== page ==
LANE: We don't know. We have an assumption of what those drugs are going to be, but we have to send that away. She had a pink substance on the seat between her legs, and that's what's going to be what they used. It has to be sent to a lab and be tested, and we believe it will be, you know, possibly Carfentanil. And he was charged with endangering children and then a few traffic offenses. When he went to court, he pled guilty to the charges, and he was sentenced to 360 days.

That's part of the issue here, too, is you got an obvious person who has an addiction. If you could have some sort of treatment there while he's in jail so when he comes out he's not going right back to this, there would be some way to work and try to get off of this addiction.

CORNISH: Is treatment available if he wanted that?

LANE: Not here, no. We don't have any resources, and we don't have a place. Even if somebody comes down here to the station, knocks on the door and asks for help, where do we send them? We have nothing here in our county.

CORNISH: East Liverpool's a city of about 11,000. It's near Ohio's border with Pennsylvania and West Virginia. And this is an area where there are some of the highest overdose rates in the country. Can you talk about what you mean when you say you need help? What would you like to see?

LANE: Well, we need resources is what it basically boils down to. And we have an understaffed police department, and we're constantly chasing one overdose after another. We had a half dozen over the weekend. One person passed away. And it's definitely - the resources are needed to go into the schools and teach from kindergarten up.

They should be pounding into these kids' heads about what can happen, how you become addicted, what happens once you become addicted and how you become one of these addicts that you see on TV or in the arrests and what you can do to keep yourself from getting there.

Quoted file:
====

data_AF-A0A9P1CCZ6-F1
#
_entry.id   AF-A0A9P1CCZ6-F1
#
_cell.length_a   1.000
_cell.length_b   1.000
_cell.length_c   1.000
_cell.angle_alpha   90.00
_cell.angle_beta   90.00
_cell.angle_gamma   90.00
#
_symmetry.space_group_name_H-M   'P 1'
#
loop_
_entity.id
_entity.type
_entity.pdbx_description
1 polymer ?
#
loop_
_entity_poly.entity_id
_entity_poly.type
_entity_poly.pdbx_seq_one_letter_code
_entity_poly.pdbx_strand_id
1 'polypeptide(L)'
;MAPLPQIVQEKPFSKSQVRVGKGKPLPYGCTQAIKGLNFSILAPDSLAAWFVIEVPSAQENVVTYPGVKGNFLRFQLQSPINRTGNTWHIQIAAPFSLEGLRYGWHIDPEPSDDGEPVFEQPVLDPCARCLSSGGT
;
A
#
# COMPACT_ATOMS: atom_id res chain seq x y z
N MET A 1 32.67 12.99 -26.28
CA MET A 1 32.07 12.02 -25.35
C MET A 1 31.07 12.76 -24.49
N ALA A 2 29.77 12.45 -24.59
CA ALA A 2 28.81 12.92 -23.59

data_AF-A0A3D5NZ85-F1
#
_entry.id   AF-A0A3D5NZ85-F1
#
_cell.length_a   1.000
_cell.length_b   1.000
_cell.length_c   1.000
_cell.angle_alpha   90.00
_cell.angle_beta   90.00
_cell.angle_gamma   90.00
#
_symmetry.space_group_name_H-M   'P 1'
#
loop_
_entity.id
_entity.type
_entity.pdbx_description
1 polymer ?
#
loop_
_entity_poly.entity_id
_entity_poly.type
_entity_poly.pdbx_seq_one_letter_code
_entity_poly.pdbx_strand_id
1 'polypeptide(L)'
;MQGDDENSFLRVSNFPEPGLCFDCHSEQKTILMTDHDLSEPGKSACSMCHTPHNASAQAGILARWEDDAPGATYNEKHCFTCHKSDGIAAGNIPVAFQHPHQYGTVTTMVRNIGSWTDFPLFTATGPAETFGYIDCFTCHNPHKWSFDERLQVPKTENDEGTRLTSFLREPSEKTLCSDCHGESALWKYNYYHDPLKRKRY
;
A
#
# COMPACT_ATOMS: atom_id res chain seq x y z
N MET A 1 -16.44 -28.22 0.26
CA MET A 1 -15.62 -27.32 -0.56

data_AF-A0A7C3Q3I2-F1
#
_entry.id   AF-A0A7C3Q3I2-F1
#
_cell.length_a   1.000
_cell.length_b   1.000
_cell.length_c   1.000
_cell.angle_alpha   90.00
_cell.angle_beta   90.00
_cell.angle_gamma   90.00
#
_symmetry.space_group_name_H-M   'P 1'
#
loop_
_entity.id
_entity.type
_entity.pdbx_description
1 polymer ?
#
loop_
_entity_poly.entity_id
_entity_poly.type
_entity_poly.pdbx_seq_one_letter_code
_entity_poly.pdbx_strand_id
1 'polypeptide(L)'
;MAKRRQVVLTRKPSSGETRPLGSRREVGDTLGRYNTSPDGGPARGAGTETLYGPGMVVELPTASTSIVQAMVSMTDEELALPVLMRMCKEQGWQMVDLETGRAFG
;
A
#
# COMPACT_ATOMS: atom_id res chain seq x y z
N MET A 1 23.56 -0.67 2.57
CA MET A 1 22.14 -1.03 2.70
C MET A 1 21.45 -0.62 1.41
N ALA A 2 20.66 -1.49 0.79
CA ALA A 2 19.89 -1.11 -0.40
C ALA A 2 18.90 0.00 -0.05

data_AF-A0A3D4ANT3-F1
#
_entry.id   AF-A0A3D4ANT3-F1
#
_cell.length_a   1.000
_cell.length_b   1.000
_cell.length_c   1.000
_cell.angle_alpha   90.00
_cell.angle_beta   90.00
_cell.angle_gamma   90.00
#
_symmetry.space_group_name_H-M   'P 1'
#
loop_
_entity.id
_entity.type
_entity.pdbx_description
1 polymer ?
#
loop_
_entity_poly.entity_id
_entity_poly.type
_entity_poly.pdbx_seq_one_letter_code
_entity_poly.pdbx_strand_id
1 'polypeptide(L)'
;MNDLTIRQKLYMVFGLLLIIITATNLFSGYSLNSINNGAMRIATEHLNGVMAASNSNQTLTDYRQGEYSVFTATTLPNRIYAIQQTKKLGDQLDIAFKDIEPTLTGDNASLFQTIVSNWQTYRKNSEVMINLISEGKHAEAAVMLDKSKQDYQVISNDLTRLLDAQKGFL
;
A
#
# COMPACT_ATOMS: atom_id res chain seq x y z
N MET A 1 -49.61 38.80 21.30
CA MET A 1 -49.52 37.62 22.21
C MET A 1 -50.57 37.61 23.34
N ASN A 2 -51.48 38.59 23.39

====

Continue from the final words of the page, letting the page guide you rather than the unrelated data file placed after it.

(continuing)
CORNISH: You talked about resources. What have you heard from, say, the state or your local congressman, I mean people who can take action here?

LANE: I have heard nothing. And in our little community here, we need it. We don't have the resources to deal with this and deal with it correctly. You know, you have all kind of people saying what you should do. Well, I don't - I can't afford to do what I need to do. I can barely cover the street as it is, let along getting in the schools and teaching.

We need to be bringing some of these people in that are beating this addiction and talk about how they got addicted and how hard it was; I mean explain to these kids. Let them have the opportunity to hear what the dealing is and how they have to try to stay away from it.

CORNISH: John Lane is police chief in East Liverpool, Ohio. Thank you for speaking with us.

LANE: Thank you.

CORNISH: And the young boy in that photo has been placed with a relative out-of-state.